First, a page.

scow


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  • noun

Words related to scow

any of various flat-bottomed boats with sloping ends

Related Words

a barge carrying bulk materials in an open hold

References in periodicals archive ?
The ministry said six people have been rescued and the skipper of the scow has been arrested.
Tina Dion, a Cree lawyer in Vancouver, met Scow in 1996 when he appealed to her University of British Columbia law class for help.
Adam Scow is the California Campaigns Director at Food & Water Watch.
one is taken immediately to the first page of the scow.
Little Casino has a terrifying description of a kid attempting a leap from this pier onto a scow, falling into the water and suffering a gory death, as the scow is pushed by a swell and crushes him against a supporting timber.
I've command of a trim-built scow, was launched at Hackensack; 'Twas just one year ago when the tide was very slack; I carry garbage down from the city to the sea; The finest boat in all the fleet is the gallant Muddy Day.
Sea Quest Kids presents free programs, first come, first served, where they teach kids to build a boat in two days: They make a 10-foot scow skiff, the paddles, oars, mast and outboard bracket.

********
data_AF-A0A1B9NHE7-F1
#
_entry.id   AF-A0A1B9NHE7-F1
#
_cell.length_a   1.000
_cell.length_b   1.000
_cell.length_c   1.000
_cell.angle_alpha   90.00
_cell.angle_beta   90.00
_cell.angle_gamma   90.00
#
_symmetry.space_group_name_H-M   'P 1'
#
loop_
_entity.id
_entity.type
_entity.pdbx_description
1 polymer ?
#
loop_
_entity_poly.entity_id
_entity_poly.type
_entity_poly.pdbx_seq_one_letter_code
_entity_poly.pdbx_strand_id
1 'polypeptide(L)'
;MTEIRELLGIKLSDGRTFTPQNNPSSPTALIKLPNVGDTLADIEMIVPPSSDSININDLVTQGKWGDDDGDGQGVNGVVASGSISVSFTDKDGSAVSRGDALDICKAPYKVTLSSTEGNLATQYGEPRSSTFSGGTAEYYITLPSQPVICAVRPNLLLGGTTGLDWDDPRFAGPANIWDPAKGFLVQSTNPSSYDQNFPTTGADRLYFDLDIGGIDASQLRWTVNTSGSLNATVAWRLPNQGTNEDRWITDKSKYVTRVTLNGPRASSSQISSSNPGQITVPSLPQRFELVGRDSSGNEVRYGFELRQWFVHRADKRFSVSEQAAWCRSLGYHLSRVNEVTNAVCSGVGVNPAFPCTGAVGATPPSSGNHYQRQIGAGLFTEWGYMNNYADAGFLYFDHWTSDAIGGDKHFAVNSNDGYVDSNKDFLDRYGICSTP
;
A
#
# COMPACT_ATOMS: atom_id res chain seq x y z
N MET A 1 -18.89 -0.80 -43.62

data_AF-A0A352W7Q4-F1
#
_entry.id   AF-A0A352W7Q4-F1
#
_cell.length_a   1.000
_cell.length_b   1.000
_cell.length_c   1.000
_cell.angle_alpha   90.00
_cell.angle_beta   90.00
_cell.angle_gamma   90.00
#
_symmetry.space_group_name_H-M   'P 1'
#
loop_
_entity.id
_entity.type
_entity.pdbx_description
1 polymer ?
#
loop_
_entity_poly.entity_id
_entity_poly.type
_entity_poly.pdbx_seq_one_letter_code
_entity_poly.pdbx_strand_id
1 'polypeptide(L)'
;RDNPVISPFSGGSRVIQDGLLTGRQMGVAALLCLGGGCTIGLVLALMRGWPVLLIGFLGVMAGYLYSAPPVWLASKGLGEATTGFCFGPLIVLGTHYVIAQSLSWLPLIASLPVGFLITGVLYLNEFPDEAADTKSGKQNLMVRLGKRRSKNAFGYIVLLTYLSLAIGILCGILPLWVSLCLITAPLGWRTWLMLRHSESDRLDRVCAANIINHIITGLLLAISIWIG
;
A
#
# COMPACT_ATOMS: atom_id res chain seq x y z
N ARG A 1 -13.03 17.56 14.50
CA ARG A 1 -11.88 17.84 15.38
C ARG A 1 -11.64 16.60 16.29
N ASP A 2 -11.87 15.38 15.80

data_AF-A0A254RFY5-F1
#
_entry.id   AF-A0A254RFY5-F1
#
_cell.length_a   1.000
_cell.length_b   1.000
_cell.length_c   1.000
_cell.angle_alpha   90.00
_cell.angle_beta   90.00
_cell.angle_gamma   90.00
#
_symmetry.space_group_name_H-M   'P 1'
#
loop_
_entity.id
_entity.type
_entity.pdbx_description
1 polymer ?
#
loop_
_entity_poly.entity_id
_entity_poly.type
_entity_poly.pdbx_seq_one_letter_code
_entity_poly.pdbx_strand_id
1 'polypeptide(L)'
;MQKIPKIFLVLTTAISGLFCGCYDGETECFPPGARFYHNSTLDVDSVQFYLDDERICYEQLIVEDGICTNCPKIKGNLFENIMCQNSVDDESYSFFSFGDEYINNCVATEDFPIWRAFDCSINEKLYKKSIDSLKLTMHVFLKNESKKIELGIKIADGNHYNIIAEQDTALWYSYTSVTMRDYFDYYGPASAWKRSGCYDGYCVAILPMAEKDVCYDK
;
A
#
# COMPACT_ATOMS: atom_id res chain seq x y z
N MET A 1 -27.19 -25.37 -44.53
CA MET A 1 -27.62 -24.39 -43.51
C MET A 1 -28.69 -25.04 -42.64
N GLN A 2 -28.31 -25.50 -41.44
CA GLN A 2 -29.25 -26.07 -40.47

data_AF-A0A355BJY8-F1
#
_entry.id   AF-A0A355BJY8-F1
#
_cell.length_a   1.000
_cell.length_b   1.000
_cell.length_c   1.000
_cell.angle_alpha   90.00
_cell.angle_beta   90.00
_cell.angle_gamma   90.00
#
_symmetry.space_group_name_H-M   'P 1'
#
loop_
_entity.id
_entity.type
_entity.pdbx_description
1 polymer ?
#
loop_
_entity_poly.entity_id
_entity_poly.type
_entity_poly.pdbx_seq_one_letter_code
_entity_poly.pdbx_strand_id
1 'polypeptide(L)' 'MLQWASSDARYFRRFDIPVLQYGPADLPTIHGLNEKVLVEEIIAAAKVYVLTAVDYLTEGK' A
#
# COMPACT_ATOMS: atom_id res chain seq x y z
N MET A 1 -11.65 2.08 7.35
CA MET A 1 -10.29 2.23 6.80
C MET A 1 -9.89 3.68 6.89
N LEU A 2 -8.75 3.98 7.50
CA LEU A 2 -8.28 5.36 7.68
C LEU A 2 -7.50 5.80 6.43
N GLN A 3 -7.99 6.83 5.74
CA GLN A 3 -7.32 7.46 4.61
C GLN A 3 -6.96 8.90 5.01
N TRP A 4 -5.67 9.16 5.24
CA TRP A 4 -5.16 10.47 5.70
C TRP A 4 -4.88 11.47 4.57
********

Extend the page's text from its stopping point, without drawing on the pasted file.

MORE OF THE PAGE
The SCOW became active on a variety of feminist issues in addition to spearheading the effort to develop Women's Studies and to establish what eventually became the McGill Centre for Research and Teaching on Women (MCRTW) in 1988.
Karen Whonnock, The Scow Institute, Aboriginal Courts in Canada, April 2008 www.
Adam Scow with California's Food and Water Watch says that the failure to measure and regulate chemicals in municipal water supplies leads to distrust of the government's ability to guarantee safe water: "When stories come out about problems with tap water, it also promotes the privatization of drinking water and the consumption of bottled water, while we should instead be pressuring government to upgrade existing systems.
fungi: 18:2 m6,9c), many PLFAs are shared among organisms; thus, biomarkers must be interpreted with caution and with consideration of sample environmental conditions (Bossio and Scow, 1998).
Which brings us back to our initial point: The show none-too-subtly suggests that dining out is akin to trolling through a garbage scow (another chef, Anthony Bourdain, issued a similar warning albeit less stomach-churningly in his book "Kitchen Confidential").
Solid rubber tires of a size capable of carrying 10 passengers, a lot more in an emergency and with all the grace of a mud scow.
From a lumber batteau working on a log jam, to an eccentric cobbler traveling from island to island by sailing scow, to trains wrecks, hootchie-cootchie dancers, coastwise cargo schooners, and so much more, readers are treated to unique perspectives captured by a camera's lens and documented life and work in the state of Maine during a sixty year span that begins in 1860 and ends in 1920.